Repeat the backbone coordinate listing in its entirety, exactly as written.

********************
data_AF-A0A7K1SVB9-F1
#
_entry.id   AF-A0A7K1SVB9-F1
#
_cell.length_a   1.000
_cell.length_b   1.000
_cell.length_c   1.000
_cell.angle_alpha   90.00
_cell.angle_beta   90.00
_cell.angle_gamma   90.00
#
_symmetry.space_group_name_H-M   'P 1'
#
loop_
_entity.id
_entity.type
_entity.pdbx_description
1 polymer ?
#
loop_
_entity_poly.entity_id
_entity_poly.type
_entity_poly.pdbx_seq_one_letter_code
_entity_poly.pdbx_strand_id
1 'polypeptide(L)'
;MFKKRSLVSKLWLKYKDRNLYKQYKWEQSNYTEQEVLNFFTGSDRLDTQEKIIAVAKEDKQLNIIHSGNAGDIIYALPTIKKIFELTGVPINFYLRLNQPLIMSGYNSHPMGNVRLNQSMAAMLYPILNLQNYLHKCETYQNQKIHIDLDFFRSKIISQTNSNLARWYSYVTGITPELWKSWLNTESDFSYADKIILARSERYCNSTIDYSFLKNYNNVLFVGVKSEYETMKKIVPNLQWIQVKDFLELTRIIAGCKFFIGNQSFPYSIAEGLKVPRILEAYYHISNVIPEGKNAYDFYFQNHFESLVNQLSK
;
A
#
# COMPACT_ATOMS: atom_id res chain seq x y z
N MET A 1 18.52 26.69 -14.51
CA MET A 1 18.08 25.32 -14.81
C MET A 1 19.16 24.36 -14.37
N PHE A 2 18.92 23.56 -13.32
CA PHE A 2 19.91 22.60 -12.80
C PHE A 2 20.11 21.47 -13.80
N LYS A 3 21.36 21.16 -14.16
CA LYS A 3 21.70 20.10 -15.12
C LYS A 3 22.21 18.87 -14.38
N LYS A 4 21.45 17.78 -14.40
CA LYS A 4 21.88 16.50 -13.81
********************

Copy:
data_AF-A0A7K1SVB9-F1
#
_entry.id   AF-A0A7K1SVB9-F1
#
_cell.length_a   1.000
_cell.length_b   1.000
_cell.length_c   1.000
_cell.angle_alpha   90.00
_cell.angle_beta   90.00
_cell.angle_gamma   90.00
#
_symmetry.space_group_name_H-M   'P 1'
#
loop_
_entity.id
_entity.type
_entity.pdbx_description
1 polymer ?
#
loop_
_entity_poly.entity_id
_entity_poly.type
_entity_poly.pdbx_seq_one_letter_code
_entity_poly.pdbx_strand_id
1 'polypeptide(L)'
;MFKKRSLVSKLWLKYKDRNLYKQYKWEQSNYTEQEVLNFFTGSDRLDTQEKIIAVAKEDKQLNIIHSGNAGDIIYALPTIKKIFELTGVPINFYLRLNQPLIMSGYNSHPMGNVRLNQSMAAMLYPILNLQNYLHKCETYQNQKIHIDLDFFRSKIISQTNSNLARWYSYVTGITPELWKSWLNTESDFSYADKIILARSERYCNSTIDYSFLKNYNNVLFVGVKSEYETMKKIVPNLQWIQVKDFLELTRIIAGCKFFIGNQSFPYSIAEGLKVPRILEAYYHISNVIPEGKNAYDFYFQNHFESLVNQLSK
;
A
#
# COMPACT_ATOMS: atom_id res chain seq x y z
N MET A 1 18.52 26.69 -14.51
CA MET A 1 18.08 25.32 -14.81
C MET A 1 19.16 24.36 -14.37
N PHE A 2 18.92 23.56 -13.32
CA PHE A 2 19.91 22.60 -12.80
C PHE A 2 20.11 21.47 -13.80
N LYS A 3 21.36 21.16 -14.16
CA LYS A 3 21.70 20.10 -15.12
C LYS A 3 22.21 18.87 -14.38
N LYS A 4 21.45 17.78 -14.40
CA LYS A 4 21.88 16.50 -13.81